This weekend the climate change skeptic blog Real Science posted the following:
Antarctica has broken the record for the greatest sea ice extent ever measured at either pole.
NSIDC [National Snow and Ice Data Center] seems disinterested in their own data, choosing instead to write stories about Penguins being threatened by declining Antarctic sea ice.
If current trends continue, the Earth will be completely covered with ice much faster than the climate models predicted.
Renowned climatologist Jonah Goldberg (who moonlights as a pundit for the conservative magazine National Review) picked up on the post and tweeted it to his followers:
Does the size of Antarctic ice have anything to do with climate change? Sounds reasonable! Sadly, I don’t know anything more about climate science than Jonah Goldberg does, but Walt Meier, Ph.D., a research scientist at NSIDC who specializes in sea ice, was kind enough to explain.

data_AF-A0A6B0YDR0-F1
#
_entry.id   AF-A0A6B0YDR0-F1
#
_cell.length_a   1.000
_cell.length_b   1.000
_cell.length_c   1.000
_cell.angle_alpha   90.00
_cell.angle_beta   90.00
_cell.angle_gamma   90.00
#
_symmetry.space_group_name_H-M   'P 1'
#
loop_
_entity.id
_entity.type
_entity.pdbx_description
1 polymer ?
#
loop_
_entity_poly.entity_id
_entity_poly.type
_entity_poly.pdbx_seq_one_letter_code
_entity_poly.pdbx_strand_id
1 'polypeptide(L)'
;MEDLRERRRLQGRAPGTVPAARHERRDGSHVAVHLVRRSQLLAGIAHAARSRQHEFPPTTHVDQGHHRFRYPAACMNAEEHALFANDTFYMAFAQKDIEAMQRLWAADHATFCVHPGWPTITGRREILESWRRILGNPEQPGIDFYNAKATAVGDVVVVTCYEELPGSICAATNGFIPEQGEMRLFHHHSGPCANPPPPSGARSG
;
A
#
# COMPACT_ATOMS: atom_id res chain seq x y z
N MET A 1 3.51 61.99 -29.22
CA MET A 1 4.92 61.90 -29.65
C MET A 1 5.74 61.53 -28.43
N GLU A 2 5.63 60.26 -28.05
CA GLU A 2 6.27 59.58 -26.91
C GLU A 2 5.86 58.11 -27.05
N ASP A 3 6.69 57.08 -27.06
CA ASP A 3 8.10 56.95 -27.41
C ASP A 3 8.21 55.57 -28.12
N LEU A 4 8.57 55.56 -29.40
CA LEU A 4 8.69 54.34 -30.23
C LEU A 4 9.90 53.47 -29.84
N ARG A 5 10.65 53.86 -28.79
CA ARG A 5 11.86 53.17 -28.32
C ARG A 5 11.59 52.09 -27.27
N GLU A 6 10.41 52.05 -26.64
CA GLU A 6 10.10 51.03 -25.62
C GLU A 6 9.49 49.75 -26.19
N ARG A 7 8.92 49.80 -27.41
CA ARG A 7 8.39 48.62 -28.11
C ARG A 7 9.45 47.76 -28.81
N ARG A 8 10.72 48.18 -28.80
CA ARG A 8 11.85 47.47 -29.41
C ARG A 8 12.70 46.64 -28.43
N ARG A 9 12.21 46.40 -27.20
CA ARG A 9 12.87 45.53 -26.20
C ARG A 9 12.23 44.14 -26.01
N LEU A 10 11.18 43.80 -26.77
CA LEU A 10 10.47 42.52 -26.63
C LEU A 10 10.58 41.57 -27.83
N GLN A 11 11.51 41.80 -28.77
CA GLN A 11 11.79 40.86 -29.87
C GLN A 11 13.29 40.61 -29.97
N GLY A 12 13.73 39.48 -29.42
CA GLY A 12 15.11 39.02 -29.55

The end of the Antarctic winter — the northern hemisphere’s early fall — is generally when the expanse of Antarctic ice reaches its greatest breadth. Indeed, this year’s record high of 19.5 million square kilometers was a jump from 18.8 million last year. (The previous high of 19.35 was in 2006.) However, Meier called this year's total “barely above what we might consider a normal range.” Moreover, he said the breadth of the continent’s ice is governed more by northerly wind patterns, which have likely strengthened due to the hole in the ozone layer.
“The changes are much bigger in the Arctic,” Meier said. The two polar regions are “really two very different parts of the Earth even though they’re both cold.”
According to the NSIDC site:
Arctic sea ice extent averaged for September 2012 was the lowest in the satellite record, and was 16% lower than the previous low for the month, which occurred in 2007…Compared to the 1979 to 2000 average ice conditions, the September 2012 ice cover represents a 49% reduction in the area of the Arctic Ocean covered by sea ice. It is 2.91 million square kilometers (1.12 million square miles), or 45%, below the 30-year average over 1981 to 2010.
Meier called the drop in Arctic ice “a much more significant minimum than the Antarctic is a significant maximum.” Goldberg is undoubtedly hard at work on an article that will clarify this complex phenomenon. Either that or he's the kind of hack who has zero interest in whether the available evidence supports his cherished beliefs.